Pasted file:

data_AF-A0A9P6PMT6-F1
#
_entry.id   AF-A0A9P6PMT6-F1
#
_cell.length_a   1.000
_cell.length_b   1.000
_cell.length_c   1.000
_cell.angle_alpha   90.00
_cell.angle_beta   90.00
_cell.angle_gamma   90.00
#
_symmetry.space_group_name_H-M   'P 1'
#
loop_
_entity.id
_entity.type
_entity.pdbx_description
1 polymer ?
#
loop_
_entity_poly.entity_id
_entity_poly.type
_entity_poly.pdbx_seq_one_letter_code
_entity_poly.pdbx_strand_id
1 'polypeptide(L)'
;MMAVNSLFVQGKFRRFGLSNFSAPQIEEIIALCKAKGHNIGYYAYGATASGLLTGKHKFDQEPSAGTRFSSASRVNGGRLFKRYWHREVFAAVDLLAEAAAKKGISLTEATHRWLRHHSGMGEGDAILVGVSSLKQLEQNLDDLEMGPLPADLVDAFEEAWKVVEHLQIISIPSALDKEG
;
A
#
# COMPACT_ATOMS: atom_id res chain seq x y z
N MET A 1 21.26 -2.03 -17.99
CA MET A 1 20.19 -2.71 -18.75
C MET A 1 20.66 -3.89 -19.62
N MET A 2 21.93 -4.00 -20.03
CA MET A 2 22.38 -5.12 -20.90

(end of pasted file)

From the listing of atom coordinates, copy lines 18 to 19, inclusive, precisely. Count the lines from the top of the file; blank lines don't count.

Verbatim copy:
1 polymer ?
#